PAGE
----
Let’s face it. Being a teen can be an awkward time – bodies are changing, and there is so much pressure to have a superstar body. And all those movie and TV images of svelte models or iron man athletes don’t help. It’s easy to start thinking, “Gee, if my body was perfect, my life would be better.” Some teens will even go through any extremes to lose a little weight or beef up, including using artificial means such as steroids or diet pills. But Dr. Roberto Olivardia, a clinical psychologist with Harvard Medical School, says that teens need to know that there are significant health risks associated with extremes such as diet pills or steroid use. “Just as example, there are many dangers with being too thin, such as amenorrhea (not getting your period), which can lead to bone density loss, and malnutrition,” says Olivardia. “Likewise, steroids can cause a host of adverse physical and psychological consequences, including high cholesterol, cardiac issues and aggression.”
When my brother was in high school, he drank protein powder drinks to build muscle. But one of his peers, who was a bodybuilder, abused steroids and tragically died of a heart attack in his early 20s. It’s a serious matter: Not only are steroids illegal without a prescription, but they pose serious health risks, such as:
- Sexual Side Effects. Male teens using steroids can develop larger breasts, smaller testicles and have lower sperm count, and girls can have smaller breasts and facial hair. Severe acne, greasy hair and hair loss are other side effects.
- Liver Damage and Cancer. Tumors and cysts can develop in the liver, some of which can be cancerous. If they rupture, they can also cause internal bleeding.
- Heart Attacks. Steroid use can cause heart attacks and strokes, even among young athletes.
- Stunted Growth. Teens using steroids before reaching puberty can stunt their growth.
- Weaker Immune System. Steroids users are more susceptible to viruses and diseases.
- HIV, Hepatitis B and C. Sharing needles puts users at a risk of contracting HIV and Hepatitis B and C, serious blood diseases.
- Mood Swings. Even mild steroid use can cause irritability and mood changes. High doses of steroids can cause serious emotional mood swings, such as mania, depression, delusions, violent rage and even death caused by overdosing.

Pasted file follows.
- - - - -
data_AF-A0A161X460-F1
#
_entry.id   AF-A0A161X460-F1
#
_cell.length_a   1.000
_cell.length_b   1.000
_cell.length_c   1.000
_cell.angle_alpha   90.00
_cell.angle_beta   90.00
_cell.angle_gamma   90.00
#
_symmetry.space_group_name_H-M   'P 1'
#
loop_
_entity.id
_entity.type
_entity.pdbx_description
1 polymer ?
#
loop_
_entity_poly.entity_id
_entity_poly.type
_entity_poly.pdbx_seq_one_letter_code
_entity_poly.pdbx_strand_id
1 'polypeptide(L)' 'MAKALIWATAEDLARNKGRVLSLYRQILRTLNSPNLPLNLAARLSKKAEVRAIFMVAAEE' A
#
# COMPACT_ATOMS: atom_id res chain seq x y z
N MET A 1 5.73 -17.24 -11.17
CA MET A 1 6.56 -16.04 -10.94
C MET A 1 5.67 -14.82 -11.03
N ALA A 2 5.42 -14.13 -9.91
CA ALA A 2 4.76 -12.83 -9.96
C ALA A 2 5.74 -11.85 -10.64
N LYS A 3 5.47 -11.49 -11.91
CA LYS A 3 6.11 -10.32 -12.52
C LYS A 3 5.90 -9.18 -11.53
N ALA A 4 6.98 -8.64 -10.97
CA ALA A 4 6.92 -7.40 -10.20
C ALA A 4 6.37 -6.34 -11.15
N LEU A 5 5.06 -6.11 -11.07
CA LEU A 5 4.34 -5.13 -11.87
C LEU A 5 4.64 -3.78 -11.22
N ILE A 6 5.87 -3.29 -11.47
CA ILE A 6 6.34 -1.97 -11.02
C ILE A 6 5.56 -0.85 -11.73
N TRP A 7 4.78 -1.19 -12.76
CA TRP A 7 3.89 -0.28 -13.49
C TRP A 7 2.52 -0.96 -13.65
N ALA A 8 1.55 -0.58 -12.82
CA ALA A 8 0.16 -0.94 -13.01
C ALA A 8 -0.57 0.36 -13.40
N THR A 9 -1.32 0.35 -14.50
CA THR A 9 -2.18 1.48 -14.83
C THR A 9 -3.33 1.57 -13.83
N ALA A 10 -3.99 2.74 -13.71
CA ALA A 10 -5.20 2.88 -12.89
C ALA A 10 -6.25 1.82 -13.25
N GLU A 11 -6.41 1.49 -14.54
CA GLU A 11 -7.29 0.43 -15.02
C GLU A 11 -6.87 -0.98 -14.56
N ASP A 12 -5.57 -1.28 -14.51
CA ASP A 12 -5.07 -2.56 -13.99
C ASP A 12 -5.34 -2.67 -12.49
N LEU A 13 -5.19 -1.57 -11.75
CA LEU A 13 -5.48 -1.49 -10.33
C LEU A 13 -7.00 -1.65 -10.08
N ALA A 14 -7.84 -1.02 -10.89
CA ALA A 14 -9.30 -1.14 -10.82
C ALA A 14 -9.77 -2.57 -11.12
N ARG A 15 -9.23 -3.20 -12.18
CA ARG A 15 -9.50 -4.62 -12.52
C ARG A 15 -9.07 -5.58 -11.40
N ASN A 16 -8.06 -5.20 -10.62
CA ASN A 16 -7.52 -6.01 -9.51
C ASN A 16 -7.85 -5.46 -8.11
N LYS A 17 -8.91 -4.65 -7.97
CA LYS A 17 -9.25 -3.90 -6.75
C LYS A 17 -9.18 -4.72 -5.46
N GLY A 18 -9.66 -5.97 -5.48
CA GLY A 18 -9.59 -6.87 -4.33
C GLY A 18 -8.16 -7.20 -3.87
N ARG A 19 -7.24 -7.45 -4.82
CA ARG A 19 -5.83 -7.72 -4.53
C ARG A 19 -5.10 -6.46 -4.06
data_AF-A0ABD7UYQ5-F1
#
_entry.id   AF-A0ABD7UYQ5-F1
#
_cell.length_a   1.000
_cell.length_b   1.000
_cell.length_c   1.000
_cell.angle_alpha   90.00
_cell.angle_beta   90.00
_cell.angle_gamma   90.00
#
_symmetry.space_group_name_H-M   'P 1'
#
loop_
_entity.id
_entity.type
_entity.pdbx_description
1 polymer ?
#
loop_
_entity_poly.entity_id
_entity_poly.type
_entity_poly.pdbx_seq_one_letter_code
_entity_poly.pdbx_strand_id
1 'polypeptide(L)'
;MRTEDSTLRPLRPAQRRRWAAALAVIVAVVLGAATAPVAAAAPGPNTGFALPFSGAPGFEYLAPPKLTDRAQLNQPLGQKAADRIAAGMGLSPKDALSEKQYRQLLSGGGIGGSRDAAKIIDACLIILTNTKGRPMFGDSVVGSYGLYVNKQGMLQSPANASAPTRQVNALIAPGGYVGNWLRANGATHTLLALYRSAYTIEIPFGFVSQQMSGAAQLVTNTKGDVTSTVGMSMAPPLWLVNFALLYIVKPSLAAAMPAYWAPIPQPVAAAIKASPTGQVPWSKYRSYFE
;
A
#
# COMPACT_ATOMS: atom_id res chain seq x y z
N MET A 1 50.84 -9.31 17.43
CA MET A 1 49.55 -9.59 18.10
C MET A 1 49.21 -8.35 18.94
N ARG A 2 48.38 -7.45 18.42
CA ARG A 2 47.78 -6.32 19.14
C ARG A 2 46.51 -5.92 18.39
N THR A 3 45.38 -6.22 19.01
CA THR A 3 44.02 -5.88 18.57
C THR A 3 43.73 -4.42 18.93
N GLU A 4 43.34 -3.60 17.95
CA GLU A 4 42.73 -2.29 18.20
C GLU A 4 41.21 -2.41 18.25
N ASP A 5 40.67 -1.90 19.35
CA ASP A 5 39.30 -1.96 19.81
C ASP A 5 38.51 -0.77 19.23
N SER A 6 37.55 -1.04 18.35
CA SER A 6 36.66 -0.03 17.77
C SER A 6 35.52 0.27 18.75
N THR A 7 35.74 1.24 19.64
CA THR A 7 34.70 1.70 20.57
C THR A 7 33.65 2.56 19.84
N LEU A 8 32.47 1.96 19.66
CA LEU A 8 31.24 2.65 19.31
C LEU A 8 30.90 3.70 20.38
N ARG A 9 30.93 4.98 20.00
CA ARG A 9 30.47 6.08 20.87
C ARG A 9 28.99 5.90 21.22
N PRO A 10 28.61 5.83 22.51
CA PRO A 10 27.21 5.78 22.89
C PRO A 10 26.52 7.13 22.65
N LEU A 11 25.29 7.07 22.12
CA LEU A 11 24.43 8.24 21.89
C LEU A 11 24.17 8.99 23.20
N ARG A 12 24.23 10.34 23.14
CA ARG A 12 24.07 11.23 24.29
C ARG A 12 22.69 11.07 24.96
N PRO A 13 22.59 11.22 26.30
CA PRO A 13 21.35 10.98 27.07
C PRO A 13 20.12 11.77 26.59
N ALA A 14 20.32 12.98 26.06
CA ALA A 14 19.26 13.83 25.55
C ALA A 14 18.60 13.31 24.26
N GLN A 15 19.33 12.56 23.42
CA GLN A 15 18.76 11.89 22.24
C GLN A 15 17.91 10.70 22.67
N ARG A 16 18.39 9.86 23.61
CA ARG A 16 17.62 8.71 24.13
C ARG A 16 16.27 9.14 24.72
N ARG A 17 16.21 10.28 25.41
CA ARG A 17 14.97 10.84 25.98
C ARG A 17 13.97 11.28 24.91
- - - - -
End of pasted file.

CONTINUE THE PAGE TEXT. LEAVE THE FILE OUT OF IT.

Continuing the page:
We’ve all seen the “before” and “after” weight-loss ads that lure people to follow a diet program or take diet pills. While the ideal is to achieve a healthy weight, the obsessive desire to be thin can trigger an eating disorder. Some teens resort to taking diuretics, laxatives or diet pills to lose weight, but these can have serious health risks:
- Diuretics: Diuretics, or water pills, are not an effective or safe way to lose weight because they do not help you lose fat, but actually rob vital fluids from your body. They can also cause dizziness and elevated heart rates.
- Laxatives: Laxatives stimulate the intestines – but using laxatives over a long period of time can cause dependency on them, as well as chronic abdominal pains, bloating, constipation, diarrhea, dehydration and vomiting.
- Diet Pills: Diet pills contain stimulants that speed up the heart, putting strain on this vital organ. This is extremely dangerous for someone who may have an unknown heart condition. As for prescription diet pills, they are addictive and ineffective. Diet pills are not a replacement for a healthy diet and exercise, warns Boston-based nutritionist Hillary Wright, who adds, “There’s no evidence that diet pills help people lose weight and keep it off.
The first step in achieving an ideal body weight doesn’t come from outside factors such as pills or chemicals but having a positive body image that is based on being healthy, not thin. Not every girl can look like a supermodel and not every boy can look like an Olympic athlete. It’s important to understand what your body type is and what a healthy balanced diet is. Remember that when a person diets or starves themselves, they also starve the body of nutrients – and taking steroids and other addictive drugs is extremely detrimental to your health.
But if you feel that you will not be happy until your body is perfect – and you don’t care if you’re damaging your health – then you may be at risk for an eating disorder. “It’s not unusual for things to start out as an innocent attempt to lose weight or look better,” says nutritionist Wright. “But if a teen already has some disordered thinking about food and weight, things could spin out of control.”
There are no quick fixes or miracle cures, and if you need to talk to someone about your struggles with your body image, ask for help from your school counselor, physician, parents, coach, or other adult that you trust. You can be happy with the body you have – and not need to resort to any extreme measures.
Last reviewed Dec 1.,2014